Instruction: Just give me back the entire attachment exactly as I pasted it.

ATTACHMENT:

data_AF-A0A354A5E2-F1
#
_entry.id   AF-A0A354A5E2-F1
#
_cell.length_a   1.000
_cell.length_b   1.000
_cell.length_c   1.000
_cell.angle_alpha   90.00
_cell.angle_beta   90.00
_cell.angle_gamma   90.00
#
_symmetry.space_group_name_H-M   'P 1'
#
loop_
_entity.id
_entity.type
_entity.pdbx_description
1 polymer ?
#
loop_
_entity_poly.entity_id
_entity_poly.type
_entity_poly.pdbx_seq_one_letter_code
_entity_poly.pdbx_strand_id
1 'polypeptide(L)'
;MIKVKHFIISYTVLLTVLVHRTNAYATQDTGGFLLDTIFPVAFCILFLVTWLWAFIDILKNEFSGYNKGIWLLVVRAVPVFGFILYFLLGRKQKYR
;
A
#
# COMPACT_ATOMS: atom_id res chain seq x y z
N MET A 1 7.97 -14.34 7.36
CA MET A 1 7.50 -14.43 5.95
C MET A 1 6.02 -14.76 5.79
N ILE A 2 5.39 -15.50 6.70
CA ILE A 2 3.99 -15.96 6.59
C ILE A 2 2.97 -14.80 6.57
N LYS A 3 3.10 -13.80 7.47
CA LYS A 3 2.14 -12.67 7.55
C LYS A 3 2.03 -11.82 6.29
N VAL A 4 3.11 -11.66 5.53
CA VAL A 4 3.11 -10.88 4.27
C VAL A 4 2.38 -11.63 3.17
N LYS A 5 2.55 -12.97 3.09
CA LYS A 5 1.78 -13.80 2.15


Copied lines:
data_AF-A0A354A5E2-F1
#
_entry.id   AF-A0A354A5E2-F1
#
_cell.length_a   1.000
_cell.length_b   1.000
_cell.length_c   1.000
_cell.angle_alpha   90.00
_cell.angle_beta   90.00
_cell.angle_gamma   90.00
#
_symmetry.space_group_name_H-M   'P 1'
#
loop_
_entity.id
_entity.type
_entity.pdbx_description
1 polymer ?
#
loop_
_entity_poly.entity_id
_entity_poly.type
_entity_poly.pdbx_seq_one_letter_code
_entity_poly.pdbx_strand_id
1 'polypeptide(L)'
;MIKVKHFIISYTVLLTVLVHRTNAYATQDTGGFLLDTIFPVAFCILFLVTWLWAFIDILKNEFSGYNKGIWLLVVRAVPVFGFILYFLLGRKQKYR
;
A
#
# COMPACT_ATOMS: atom_id res chain seq x y z
N MET A 1 7.97 -14.34 7.36
CA MET A 1 7.50 -14.43 5.95
C MET A 1 6.02 -14.76 5.79
N ILE A 2 5.39 -15.50 6.70
CA ILE A 2 3.99 -15.96 6.59
C ILE A 2 2.97 -14.80 6.57
N LYS A 3 3.10 -13.80 7.47
CA LYS A 3 2.14 -12.67 7.55
C LYS A 3 2.03 -11.82 6.29
N VAL A 4 3.11 -11.66 5.53
CA VAL A 4 3.11 -10.88 4.27
C VAL A 4 2.38 -11.63 3.17
N LYS A 5 2.55 -12.97 3.09
CA LYS A 5 1.78 -13.80 2.15